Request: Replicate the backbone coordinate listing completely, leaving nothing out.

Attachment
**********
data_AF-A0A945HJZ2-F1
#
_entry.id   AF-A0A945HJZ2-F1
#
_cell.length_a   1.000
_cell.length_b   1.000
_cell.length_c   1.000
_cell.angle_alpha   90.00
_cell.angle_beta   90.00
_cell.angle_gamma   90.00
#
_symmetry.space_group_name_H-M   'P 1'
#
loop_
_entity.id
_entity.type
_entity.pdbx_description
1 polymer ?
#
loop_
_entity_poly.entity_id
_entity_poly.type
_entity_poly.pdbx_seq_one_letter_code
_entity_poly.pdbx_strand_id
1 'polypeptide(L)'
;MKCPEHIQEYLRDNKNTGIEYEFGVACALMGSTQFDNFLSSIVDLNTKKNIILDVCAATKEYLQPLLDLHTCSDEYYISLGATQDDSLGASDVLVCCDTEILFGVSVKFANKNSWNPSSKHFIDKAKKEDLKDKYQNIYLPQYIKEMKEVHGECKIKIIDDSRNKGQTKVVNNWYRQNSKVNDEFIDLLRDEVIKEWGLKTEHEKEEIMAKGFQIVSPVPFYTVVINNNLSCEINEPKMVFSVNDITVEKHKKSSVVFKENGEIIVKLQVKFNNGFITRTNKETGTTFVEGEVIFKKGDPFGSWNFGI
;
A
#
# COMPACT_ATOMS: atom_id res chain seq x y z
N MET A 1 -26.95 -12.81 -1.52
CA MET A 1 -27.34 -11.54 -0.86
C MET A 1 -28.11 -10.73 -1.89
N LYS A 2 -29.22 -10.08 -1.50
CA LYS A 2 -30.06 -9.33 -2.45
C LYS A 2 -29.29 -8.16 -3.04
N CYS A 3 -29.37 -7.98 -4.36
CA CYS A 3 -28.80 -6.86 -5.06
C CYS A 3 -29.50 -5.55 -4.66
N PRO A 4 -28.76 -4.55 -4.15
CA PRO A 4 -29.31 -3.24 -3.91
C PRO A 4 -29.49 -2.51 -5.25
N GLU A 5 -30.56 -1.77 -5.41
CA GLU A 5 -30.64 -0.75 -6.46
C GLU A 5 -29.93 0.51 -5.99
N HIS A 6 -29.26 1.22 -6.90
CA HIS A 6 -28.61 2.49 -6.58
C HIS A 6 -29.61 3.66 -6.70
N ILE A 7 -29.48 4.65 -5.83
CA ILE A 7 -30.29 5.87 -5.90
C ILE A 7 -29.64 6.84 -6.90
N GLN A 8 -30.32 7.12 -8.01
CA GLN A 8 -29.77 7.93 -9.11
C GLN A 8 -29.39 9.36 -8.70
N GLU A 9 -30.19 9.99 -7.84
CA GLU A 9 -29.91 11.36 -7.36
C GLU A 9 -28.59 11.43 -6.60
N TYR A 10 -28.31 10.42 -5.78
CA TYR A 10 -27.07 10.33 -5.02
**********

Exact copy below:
data_AF-A0A945HJZ2-F1
#
_entry.id   AF-A0A945HJZ2-F1
#
_cell.length_a   1.000
_cell.length_b   1.000
_cell.length_c   1.000
_cell.angle_alpha   90.00
_cell.angle_beta   90.00
_cell.angle_gamma   90.00
#
_symmetry.space_group_name_H-M   'P 1'
#
loop_
_entity.id
_entity.type
_entity.pdbx_description
1 polymer ?
#
loop_
_entity_poly.entity_id
_entity_poly.type
_entity_poly.pdbx_seq_one_letter_code
_entity_poly.pdbx_strand_id
1 'polypeptide(L)'
;MKCPEHIQEYLRDNKNTGIEYEFGVACALMGSTQFDNFLSSIVDLNTKKNIILDVCAATKEYLQPLLDLHTCSDEYYISLGATQDDSLGASDVLVCCDTEILFGVSVKFANKNSWNPSSKHFIDKAKKEDLKDKYQNIYLPQYIKEMKEVHGECKIKIIDDSRNKGQTKVVNNWYRQNSKVNDEFIDLLRDEVIKEWGLKTEHEKEEIMAKGFQIVSPVPFYTVVINNNLSCEINEPKMVFSVNDITVEKHKKSSVVFKENGEIIVKLQVKFNNGFITRTNKETGTTFVEGEVIFKKGDPFGSWNFGI
;
A
#
# COMPACT_ATOMS: atom_id res chain seq x y z
N MET A 1 -26.95 -12.81 -1.52
CA MET A 1 -27.34 -11.54 -0.86
C MET A 1 -28.11 -10.73 -1.89
N LYS A 2 -29.22 -10.08 -1.50
CA LYS A 2 -30.06 -9.33 -2.45
C LYS A 2 -29.29 -8.16 -3.04
N CYS A 3 -29.37 -7.98 -4.36
CA CYS A 3 -28.80 -6.86 -5.06
C CYS A 3 -29.50 -5.55 -4.66
N PRO A 4 -28.76 -4.55 -4.15
CA PRO A 4 -29.31 -3.24 -3.91
C PRO A 4 -29.49 -2.51 -5.25
N GLU A 5 -30.56 -1.77 -5.41
CA GLU A 5 -30.64 -0.75 -6.46
C GLU A 5 -29.93 0.51 -5.99
N HIS A 6 -29.26 1.22 -6.90
CA HIS A 6 -28.61 2.49 -6.58
C HIS A 6 -29.61 3.66 -6.70
N ILE A 7 -29.48 4.65 -5.83
CA ILE A 7 -30.29 5.87 -5.90
C ILE A 7 -29.64 6.84 -6.90
N GLN A 8 -30.32 7.12 -8.01
CA GLN A 8 -29.77 7.93 -9.11
C GLN A 8 -29.39 9.36 -8.70
N GLU A 9 -30.19 9.99 -7.84
CA GLU A 9 -29.91 11.36 -7.36
C GLU A 9 -28.59 11.43 -6.60
N TYR A 10 -28.31 10.42 -5.78
CA TYR A 10 -27.07 10.33 -5.02